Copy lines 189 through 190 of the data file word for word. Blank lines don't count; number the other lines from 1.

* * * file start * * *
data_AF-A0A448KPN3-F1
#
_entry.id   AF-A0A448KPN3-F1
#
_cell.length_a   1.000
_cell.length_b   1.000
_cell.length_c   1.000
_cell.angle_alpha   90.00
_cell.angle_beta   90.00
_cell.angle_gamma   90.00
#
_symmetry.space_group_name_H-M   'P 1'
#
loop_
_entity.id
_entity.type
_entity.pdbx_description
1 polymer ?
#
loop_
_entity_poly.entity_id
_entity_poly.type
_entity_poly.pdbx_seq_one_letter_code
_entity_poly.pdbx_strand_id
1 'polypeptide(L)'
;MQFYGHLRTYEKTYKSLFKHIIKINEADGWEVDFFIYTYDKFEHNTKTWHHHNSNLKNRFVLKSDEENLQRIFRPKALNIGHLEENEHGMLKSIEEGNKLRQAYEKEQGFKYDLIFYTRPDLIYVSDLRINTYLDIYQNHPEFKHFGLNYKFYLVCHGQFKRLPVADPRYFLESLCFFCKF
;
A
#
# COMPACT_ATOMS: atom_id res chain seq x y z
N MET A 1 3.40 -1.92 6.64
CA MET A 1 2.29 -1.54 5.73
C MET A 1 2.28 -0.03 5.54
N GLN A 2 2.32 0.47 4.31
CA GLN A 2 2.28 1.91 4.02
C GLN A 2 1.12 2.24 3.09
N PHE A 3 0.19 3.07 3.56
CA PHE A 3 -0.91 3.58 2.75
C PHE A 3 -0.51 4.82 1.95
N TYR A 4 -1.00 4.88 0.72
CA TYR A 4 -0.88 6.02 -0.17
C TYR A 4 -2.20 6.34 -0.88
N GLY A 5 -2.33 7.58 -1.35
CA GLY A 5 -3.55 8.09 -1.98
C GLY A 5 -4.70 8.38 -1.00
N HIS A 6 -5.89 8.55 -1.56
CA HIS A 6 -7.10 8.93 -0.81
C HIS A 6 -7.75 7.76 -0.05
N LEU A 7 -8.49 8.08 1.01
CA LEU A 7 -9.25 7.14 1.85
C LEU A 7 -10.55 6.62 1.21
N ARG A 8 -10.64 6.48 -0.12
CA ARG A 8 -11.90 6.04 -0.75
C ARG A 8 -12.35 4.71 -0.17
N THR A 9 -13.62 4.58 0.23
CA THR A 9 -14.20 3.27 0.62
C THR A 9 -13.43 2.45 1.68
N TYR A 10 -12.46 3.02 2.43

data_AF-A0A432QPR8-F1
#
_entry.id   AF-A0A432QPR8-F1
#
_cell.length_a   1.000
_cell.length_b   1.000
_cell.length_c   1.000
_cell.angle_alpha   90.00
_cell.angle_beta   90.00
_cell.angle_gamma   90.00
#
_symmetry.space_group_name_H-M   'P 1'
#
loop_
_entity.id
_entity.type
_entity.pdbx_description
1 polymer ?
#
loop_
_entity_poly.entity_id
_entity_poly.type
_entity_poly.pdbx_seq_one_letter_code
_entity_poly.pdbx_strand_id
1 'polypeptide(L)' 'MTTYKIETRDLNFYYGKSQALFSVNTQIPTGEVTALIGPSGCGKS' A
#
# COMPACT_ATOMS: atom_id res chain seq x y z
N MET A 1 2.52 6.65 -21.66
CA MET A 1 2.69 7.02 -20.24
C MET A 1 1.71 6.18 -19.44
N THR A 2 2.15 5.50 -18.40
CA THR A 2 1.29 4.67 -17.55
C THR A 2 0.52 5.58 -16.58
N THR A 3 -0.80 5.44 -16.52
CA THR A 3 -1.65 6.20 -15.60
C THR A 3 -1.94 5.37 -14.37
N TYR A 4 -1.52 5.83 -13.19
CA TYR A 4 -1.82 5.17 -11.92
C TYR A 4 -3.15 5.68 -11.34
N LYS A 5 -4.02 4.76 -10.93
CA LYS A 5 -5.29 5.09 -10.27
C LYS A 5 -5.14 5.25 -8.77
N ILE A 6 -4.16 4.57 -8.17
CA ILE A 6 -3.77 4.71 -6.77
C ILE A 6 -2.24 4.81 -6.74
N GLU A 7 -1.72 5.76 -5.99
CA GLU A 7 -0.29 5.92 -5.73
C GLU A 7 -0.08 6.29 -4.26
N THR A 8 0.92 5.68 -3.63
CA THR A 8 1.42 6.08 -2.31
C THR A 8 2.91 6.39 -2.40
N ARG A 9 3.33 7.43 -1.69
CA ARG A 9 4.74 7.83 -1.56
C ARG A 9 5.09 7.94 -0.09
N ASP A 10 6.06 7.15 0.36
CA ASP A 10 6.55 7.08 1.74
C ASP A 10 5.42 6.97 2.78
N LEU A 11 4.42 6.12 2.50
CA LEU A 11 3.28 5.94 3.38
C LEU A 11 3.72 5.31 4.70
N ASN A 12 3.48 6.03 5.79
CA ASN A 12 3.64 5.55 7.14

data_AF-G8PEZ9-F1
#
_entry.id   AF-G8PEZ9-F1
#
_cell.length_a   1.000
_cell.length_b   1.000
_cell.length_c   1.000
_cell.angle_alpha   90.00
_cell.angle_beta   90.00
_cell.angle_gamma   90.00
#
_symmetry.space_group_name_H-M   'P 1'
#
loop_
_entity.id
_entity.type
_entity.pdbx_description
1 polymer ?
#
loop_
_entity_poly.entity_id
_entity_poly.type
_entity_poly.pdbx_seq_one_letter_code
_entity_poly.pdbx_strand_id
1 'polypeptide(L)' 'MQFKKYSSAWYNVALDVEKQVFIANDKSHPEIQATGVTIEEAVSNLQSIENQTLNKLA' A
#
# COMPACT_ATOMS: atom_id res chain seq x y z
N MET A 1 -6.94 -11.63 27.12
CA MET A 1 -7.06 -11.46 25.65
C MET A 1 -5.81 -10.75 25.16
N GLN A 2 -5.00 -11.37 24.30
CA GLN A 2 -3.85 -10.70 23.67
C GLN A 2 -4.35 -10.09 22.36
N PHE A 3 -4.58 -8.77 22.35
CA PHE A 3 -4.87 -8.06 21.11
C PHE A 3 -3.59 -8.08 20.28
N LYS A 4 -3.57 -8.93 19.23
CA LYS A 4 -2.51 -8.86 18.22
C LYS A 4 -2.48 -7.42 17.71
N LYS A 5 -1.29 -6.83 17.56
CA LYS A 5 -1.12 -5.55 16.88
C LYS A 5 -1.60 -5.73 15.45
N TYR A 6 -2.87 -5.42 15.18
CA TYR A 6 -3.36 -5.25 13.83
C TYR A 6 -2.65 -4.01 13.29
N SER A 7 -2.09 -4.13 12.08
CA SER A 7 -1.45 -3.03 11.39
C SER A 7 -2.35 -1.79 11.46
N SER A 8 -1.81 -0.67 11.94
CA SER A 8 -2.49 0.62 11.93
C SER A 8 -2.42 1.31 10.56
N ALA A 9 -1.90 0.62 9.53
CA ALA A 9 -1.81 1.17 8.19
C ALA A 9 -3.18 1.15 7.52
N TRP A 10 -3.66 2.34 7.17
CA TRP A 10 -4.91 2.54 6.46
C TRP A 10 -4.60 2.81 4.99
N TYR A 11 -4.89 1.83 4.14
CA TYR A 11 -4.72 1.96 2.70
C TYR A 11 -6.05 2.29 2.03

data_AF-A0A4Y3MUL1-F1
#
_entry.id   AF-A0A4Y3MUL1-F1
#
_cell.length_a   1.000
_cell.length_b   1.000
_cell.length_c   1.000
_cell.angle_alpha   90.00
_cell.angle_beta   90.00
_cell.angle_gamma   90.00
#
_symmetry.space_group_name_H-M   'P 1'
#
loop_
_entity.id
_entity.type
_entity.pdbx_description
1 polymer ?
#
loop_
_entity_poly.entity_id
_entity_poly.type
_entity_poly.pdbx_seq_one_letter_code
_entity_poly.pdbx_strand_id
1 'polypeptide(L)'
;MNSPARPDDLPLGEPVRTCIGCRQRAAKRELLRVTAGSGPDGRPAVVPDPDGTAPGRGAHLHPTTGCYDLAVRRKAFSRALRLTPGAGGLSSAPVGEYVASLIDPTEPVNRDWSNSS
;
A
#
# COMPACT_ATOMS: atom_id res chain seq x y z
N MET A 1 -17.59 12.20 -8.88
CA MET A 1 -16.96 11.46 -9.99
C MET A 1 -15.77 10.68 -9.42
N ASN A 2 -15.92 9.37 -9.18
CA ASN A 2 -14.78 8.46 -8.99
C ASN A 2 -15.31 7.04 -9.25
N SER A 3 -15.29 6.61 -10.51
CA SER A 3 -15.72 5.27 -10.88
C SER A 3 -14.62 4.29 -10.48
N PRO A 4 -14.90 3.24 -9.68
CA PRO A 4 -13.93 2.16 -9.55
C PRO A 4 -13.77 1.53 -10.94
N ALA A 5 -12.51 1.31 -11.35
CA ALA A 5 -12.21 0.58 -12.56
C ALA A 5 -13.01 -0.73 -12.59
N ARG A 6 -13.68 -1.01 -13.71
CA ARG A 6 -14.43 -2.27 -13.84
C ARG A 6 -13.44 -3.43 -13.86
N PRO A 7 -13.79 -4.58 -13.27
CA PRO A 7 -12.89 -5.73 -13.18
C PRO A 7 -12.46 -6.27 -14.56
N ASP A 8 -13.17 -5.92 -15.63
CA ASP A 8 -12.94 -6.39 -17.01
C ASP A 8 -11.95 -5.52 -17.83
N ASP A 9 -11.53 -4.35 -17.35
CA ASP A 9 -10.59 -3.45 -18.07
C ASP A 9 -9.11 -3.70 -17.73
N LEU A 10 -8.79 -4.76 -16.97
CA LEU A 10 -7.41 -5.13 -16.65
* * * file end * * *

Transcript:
_cell.angle_beta   90.00
_cell.angle_gamma   90.00